Scrum Ceremonies and Artifacts

By Jimi Fosdick  |  Posted 2009-11-20 Print this article Print

Scrum ceremonies and artifacts

The Scrum process itself prescribes only four meetings: Sprint Planning, the Daily Scrum, Sprint Review, and Sprint Retrospective. In addition, Scrum advocates face-to-face collaboration among team members and with various stakeholders. The planning artifacts include the Product Backlog, the Sprint Backlog, as well as the Product (or Release) and Sprint Burndowns for tracking progress.

The Product Backlog

In the simplest terms, the Product Backlog is a list of features, functionality, technology and issues. The Product Backlog is:

1. Emergent: At any given time, the Backlog is only partially complete; additional features are added as they are discovered and features that are determined to be low-value are removed.

2. Prioritized: By definition, every item in the Backlog has a priority determined by its position in the list, with the highest priority backlog items appearing at the top.

3. Estimated: Each item in the Backlog is estimated by the people doing to work in terms of effort.

There is one Product Backlog for multiple teams, which is maintained and posted visibly. Anyone can contribute to it but only the Product Owner determines priority. Very often, the Product Backlog is derived from a business plan or vision statement.

Jimi Fosdick is a Certified Scrum Trainer at CollabNet. With more than 14 years of experience in product development, Jimi has worked in a wide range of industries, including publishing, software, advertising, and the public sector. As one of the Certified Scrum Trainers on CollabNet's ScrumCORE team, Jimi conducts dozens of public courses around the world each year, helping organizations to surface dysfunction and improve processes through Scrum. Before joining CollabNet predecessor Danube in November 2008, Jimi spent four years advocating agile approaches to project managementÔÇöfirst as a program and project manager, and later as an independent agile and Scrum consultant. During this time, Jimi worked with companies such as CIBER, Avenue A | Razorfish, MTV Networks, and Microsoft, helping them transform to more agile ways of working using Scrum. Prior to these consulting engagements, Jimi spent a decade working in various capacities in software, including as a program manager of software product development and solutions architecture at the Riverside Publishing Company, and as a senior staff developer at Polycom, Inc. Jimi is a PMI-certified PMP, and received his MBA in Project Management from Keller Graduate School of Management in Chicago. As an undergraduate, Jimi studied mathematics and computer science at Loyola University in Chicago. For more of Jimi's thoughts on Scrum, visit his blog at He can also be reached at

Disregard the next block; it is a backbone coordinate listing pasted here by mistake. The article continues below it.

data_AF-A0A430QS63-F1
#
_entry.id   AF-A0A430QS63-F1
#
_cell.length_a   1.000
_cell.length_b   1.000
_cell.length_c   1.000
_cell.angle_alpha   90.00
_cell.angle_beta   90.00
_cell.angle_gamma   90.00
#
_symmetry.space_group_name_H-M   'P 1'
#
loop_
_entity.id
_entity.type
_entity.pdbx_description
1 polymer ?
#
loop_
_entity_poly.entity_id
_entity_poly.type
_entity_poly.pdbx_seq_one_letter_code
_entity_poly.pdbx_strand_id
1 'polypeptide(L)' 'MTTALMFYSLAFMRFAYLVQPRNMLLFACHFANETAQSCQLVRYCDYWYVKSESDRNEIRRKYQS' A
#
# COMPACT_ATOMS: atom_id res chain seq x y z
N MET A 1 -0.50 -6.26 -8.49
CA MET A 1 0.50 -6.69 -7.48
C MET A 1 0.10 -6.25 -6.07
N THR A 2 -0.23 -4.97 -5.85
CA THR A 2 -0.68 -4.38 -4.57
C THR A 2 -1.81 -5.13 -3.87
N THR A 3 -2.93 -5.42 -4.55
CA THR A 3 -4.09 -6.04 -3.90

Submit a Comment

Loading Comments...
Manage your Newsletters: Login   Register My Newsletters

Rocket Fuel